M&S boss Archie Norman has warned that Northern Ireland faces a “substantial reduction in food supply” and price increases later this year due to new, post-Brexit goods movement rules.
The retailer has already cancelled its pre-Christmas food ordering service in NI due to concerns about being able to deliver when the latest grace period ends after 30 September.
Norman said M&S had delisted some products in NI because “it’s simply not worth the risk of trying to get it through,” reports Belfast Live.
‘Out of date rules’
Writing in the Mail on Sunday, the M&S chairman says that the EU’s “out of date rules” for the movement of food from third countries [any nation outside the EU, including Great Britain] were designed more than 20 years ago at a time of worries over salmonella and BSE and are “at odds with a modern, fresh food, supply chain between close trading partners”.
M&S lorries now travel to the ports with 700 pages of documentation, he said, but only 80% of products are getting through to Northern Ireland and even less to France.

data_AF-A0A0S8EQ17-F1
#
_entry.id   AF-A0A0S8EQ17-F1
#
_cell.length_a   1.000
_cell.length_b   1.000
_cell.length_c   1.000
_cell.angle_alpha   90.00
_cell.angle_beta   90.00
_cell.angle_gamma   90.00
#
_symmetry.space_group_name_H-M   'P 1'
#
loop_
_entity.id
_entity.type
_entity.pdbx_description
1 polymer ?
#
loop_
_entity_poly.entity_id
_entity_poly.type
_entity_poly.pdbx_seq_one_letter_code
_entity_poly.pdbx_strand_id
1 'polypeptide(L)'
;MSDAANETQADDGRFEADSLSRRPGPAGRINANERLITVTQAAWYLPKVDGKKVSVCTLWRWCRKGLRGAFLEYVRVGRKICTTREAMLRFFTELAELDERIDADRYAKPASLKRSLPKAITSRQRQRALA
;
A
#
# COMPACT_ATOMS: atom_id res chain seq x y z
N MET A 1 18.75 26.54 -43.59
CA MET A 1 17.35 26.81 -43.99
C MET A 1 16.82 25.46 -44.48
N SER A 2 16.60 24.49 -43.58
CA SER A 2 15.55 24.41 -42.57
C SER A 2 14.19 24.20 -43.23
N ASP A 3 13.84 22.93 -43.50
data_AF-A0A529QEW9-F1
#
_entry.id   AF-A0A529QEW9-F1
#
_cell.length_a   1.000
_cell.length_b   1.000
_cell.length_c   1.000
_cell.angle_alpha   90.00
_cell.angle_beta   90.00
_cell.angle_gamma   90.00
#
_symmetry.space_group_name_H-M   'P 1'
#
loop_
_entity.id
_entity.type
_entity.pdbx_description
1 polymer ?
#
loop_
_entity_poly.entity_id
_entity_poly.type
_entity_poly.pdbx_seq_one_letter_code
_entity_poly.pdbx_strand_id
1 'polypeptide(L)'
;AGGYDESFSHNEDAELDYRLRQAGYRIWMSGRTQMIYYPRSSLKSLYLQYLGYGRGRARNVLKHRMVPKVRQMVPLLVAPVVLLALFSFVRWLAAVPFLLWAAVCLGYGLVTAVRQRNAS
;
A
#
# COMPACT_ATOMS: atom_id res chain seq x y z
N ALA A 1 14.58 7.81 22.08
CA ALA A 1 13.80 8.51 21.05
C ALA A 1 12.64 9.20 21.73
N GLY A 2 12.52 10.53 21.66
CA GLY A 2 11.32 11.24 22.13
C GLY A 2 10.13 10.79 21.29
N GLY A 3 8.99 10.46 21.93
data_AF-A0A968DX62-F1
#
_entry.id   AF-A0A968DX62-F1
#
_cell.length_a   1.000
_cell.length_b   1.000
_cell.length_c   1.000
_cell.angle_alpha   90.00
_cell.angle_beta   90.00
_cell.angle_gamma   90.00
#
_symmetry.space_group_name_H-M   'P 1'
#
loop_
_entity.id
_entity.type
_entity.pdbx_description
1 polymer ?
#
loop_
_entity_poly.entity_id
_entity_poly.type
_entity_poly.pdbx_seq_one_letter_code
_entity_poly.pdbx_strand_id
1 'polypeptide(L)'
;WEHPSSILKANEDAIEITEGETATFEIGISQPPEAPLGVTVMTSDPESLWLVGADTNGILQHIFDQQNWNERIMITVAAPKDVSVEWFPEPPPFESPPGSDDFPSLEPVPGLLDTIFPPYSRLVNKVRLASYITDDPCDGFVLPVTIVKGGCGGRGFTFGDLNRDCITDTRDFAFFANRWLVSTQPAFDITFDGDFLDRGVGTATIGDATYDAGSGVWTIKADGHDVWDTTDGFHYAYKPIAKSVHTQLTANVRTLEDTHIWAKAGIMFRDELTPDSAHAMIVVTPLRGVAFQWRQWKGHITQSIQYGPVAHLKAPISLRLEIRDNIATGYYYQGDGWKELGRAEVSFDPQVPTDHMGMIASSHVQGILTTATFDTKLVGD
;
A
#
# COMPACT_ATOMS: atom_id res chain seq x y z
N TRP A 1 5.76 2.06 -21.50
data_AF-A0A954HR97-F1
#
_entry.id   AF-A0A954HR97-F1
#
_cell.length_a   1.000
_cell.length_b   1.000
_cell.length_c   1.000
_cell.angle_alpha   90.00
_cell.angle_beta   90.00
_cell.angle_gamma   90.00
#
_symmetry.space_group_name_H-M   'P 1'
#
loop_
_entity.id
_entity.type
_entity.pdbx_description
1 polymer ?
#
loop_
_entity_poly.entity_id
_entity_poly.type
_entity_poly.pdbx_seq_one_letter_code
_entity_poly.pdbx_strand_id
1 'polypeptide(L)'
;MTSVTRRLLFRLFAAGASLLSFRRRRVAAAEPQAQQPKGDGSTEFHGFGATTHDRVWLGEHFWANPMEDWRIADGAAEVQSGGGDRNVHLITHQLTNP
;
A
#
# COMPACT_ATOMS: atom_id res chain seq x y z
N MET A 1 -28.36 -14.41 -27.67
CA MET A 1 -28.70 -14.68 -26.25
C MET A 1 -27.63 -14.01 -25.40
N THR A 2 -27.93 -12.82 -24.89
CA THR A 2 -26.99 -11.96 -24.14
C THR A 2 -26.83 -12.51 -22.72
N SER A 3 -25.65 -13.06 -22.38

Norman called for an ‘equivalence’ deal where the EU and Britain recognise each other’s standards. However, the UK has been reluctant to enter into such an arrangement as it feels it may hinder trade deals elsewhere.
When grace periods end on 1 October, chilled meats from GB such as fresh sausages will not be permitted into NI, while products of animal origin (meat, dairy, fish and eggs) will require Export Health Certificates.
Aodhán Connolly from the Northern Ireland Retail Consortium said the conditions were still not in place to end the grace period and called for a “standstill” until a system that removed friction from the movement of goods between GB and NI was in place.
As previously covered in the IOE&IT Daily Update, the British government published a ‘command paper’ this summer calling for an overhaul of the protocol, something the EU is firmly against.
Brexit minister Lord Frost wrote in the Times that the UK was “proposing an ambitious compromise built on concepts already in the Protocol”, with the UK accepting responsibility to help to protect the single market by applying EU customs rules to goods going via Northern Ireland, but wanted goods to be able to flow more easily into Northern Ireland.